THEY don't all fall into this category, but occasionally, reading books about poker strategies and tactics can be like eating half a dozen cream crackers without taking a drink - far too dry.
Once they become overly mathematical, or begin focusing too much on the game's psychological aspects, most readers tend to glaze over.
There is only so much technical information you can absorb and, frankly, reading such a book is no substitute for playing.
However, earlier this year a book called The Professor, the Banker and the Suicide King by Michael Craig, which tells the fascinating tale of the rich American banker Andy Beal and his quest to take on the poker pros, was published.
Having perused a preview copy, I can confirm that, although Beal clearly has a superb mathematical brain and an uncanny ability to absorb even the most obscure poker strategies, this is not one likely to be cast aside after the first half a dozen pages.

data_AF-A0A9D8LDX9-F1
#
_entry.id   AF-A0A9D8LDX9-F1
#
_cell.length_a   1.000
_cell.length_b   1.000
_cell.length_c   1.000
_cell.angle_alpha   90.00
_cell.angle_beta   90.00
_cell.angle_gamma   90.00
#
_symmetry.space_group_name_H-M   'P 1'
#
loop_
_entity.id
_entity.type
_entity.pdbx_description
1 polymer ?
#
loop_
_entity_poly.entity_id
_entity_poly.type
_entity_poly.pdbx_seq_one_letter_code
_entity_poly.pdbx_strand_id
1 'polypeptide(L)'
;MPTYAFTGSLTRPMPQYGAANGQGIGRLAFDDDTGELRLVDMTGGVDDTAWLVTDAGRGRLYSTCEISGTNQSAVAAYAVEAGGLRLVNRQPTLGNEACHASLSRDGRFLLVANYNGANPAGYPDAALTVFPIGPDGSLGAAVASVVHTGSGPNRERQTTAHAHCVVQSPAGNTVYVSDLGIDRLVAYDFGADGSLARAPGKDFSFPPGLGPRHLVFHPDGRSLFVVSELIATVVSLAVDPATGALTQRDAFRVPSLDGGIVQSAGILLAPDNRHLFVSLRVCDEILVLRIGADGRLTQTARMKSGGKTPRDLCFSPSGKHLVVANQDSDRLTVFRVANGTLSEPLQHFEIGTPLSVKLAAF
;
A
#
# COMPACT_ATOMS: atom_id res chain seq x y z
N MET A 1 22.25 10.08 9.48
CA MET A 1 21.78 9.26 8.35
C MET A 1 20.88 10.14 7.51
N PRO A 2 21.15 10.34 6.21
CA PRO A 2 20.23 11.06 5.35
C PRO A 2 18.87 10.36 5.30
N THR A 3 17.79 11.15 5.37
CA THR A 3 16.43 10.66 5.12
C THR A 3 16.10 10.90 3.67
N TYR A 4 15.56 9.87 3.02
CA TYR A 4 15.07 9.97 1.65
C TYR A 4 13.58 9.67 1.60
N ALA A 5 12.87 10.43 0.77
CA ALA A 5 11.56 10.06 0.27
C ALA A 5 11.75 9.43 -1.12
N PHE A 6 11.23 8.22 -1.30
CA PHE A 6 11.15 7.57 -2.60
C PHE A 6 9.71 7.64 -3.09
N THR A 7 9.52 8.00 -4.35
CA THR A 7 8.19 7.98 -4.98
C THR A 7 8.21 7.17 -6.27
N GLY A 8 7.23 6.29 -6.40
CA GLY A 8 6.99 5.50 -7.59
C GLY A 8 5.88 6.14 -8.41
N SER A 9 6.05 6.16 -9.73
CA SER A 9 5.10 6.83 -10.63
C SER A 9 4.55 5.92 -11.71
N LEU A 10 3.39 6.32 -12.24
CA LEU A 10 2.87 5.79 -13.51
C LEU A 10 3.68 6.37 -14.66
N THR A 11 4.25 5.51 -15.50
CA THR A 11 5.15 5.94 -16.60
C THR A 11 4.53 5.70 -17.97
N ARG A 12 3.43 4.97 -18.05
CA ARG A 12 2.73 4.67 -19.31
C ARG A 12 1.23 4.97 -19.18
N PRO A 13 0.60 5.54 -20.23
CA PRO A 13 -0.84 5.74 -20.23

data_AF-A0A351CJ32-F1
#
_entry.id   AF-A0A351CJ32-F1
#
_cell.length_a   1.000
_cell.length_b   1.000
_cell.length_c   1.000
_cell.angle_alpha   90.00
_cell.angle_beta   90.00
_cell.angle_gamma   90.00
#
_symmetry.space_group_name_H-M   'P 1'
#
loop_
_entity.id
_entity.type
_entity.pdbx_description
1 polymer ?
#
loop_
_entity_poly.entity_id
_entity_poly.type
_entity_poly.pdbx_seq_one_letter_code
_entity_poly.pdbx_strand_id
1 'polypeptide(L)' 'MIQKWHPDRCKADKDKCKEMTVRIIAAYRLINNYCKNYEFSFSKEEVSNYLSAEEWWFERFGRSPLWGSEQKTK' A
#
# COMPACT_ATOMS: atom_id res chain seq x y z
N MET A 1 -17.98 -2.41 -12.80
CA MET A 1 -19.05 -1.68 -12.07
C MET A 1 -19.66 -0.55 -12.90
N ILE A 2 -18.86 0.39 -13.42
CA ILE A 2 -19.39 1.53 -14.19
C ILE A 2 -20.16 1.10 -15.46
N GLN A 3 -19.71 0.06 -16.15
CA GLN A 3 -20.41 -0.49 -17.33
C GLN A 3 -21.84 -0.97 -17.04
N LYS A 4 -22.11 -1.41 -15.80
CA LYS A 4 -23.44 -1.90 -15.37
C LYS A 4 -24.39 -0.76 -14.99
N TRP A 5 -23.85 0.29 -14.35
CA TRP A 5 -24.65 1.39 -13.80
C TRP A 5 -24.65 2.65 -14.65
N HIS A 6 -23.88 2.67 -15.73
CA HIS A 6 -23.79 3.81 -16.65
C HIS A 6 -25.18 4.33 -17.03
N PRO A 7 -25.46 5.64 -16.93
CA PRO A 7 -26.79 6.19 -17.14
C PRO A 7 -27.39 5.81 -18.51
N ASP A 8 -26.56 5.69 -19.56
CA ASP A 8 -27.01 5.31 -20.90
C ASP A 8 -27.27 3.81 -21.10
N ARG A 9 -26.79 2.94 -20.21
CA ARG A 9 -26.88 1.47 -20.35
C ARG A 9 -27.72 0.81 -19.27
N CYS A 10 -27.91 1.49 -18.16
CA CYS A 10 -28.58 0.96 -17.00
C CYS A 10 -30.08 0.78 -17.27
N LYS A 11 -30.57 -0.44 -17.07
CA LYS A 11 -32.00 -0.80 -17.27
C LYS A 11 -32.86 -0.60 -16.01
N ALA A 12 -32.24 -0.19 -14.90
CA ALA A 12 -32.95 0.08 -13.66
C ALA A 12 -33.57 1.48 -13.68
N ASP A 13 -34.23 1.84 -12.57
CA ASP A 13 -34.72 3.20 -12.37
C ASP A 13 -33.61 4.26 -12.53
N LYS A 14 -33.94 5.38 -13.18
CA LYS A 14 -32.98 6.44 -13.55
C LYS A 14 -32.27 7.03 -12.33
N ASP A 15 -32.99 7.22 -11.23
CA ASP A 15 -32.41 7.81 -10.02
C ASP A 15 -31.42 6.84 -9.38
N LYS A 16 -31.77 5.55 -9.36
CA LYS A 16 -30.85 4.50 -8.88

In 2001, after he started playing (and losing) highstakes poker at the Bellagio Hotel and Casino in Vegas, it took Beal three years to develop his game to a level that he felt would allow him to take on the pros.
It's a compelling tale, but if you need an example of the lengths to which Beal will go win, you need only examine what the man was up to last month during a fortnight of no-limit poker at the Wynn in Las Vegas.
Some time ago, Beal, a billionaire banker from Texas, offered to take on a group of high-profile poker professionals, collectively known as 'The Corporation'' all a bit Tom Cruise, I know, but these guys were playing for big bucks. …